North Island Credit Union said it improved sluggish data processing operations by moving its main financial database off of an EMC Clariion Fibre Channel SAN onto an all-flash storage array from startup Violin Memory.
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The San Diego, Calif.-based credit union had mixed results with its EMC Clariion CX3-40 running batch processing and batch reports for its main banking application, an Open Solutions financial database supported by two Oracle databases. As the application data grew, Core Network Systems AVP Michael Glogowski said nightly and monthly batch processing jobs sometimes continued into the next business day.
“Once we started to grow, batch processing was a nail-biting experience,” Glogowski said. “Any delay was a concern.”
The IT team decided to add solid-state storage to improve performance. Glogowski said he also chose to add a separate system dedicated to tier one storage instead of adding solid-state drives (SSDs) as a tier to his all-purpose SAN array.
“We were looking for a tier one system that was fully redundant, price compatible, could improve performance and maintain high available uptime,” Glogowski said. “Some storage systems are tier one and you can add slower drives for tier two. When maintenance comes around, they hit you for tier one maintenance for tier two storage. We were looking only for tier one.”
After researching all-flash storage systems, Glogowski’s team thought Violin would meet its performance and price needs and brought in a unit for testing last October. In February, North Island installed two Violin 3200 Memory Arrays with 2.6 TB of usable single-level cell (SLC) NAND flash into production, placing one array in the main data center and the other in a hot site for redundancy. Glogowski said the all-flash storage systems significantly cut nightly batch processing time, removing the need for a third shift to manage storage operations overnight.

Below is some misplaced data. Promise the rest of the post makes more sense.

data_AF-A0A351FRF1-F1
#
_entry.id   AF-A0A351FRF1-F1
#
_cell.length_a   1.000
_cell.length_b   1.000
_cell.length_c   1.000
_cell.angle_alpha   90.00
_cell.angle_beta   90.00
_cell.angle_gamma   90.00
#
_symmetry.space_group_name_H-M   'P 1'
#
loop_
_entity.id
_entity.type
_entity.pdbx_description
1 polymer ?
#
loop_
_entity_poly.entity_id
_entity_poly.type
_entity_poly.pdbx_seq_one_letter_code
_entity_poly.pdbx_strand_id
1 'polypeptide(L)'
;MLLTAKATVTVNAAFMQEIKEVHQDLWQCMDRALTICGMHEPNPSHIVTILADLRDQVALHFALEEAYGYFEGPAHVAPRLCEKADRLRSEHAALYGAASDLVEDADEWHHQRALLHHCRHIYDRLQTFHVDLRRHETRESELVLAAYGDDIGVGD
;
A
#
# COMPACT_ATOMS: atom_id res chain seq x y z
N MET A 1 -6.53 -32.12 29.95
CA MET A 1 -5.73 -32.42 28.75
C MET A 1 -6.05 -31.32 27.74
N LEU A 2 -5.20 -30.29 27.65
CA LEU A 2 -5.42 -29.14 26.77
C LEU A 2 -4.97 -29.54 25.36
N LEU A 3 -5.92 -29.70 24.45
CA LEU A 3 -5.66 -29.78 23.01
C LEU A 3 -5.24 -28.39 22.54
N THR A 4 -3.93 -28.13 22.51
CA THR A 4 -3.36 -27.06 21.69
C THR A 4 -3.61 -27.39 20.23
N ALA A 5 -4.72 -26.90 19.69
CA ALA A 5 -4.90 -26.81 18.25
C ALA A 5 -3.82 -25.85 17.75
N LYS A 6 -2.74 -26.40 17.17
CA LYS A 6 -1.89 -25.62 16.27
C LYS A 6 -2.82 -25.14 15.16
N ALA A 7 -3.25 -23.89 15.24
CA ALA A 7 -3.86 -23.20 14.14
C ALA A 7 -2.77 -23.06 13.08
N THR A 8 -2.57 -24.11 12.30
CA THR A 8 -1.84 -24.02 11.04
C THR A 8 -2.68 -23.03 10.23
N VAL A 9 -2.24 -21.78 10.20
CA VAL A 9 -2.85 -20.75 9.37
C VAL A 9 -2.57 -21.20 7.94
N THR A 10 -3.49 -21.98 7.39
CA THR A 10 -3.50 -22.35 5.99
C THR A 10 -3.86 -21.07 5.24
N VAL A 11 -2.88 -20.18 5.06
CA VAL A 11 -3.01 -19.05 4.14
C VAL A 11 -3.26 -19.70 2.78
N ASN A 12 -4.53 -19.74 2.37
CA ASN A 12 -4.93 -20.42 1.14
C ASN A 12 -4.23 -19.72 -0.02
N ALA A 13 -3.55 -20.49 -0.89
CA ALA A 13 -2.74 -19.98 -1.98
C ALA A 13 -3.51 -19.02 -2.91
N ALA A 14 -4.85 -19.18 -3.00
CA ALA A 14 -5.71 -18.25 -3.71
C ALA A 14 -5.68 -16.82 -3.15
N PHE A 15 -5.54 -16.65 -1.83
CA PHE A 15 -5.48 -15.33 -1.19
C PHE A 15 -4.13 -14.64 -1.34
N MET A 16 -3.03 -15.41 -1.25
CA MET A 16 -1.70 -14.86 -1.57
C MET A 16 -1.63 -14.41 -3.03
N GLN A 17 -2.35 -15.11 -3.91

Glogowski said the Violin array delivered startling results when the credit union first began testing it.
“It ran so fast that my operations manager thought there was something wrong,” he said. “We had batch jobs that would run for six hours on the old system, and they now run 90 minutes. And one of the things I noticed about the Violin array is that it’s very consistent. If a batch runs 30 minutes today, it will run 30 minutes tomorrow. There’s no deviation.”
Glogowski made sure those numbers stayed consistent for nearly four months before putting North Island’s financial database into production on the array.
We asked for a longer demo period than 30 days,” he said. “I really wanted to validate the system for our core financial database. If I was going to put my reputation on it, I wanted to make sure it ran well. We also had to validate it with our ATMs, online banking and everything else that goes onto our production system.”
Glogowski said he intends to move his other main applications onto the Violin over the next year. He said the ROI for the Violin arrays is six months. He calculated that hard costs in reduction of staff, overtime, maintenance and application upgrades and soft costs such as faster report processing, power and cooling savings, and reduced CPU processing time would cover the cost of the two systems in half a year.
He said his wish list for future Violin upgrades includes better management tools and built-in replication. “We use Oracle Data Guard for replication, but we’d like to see built-in replication for other applications,” he said.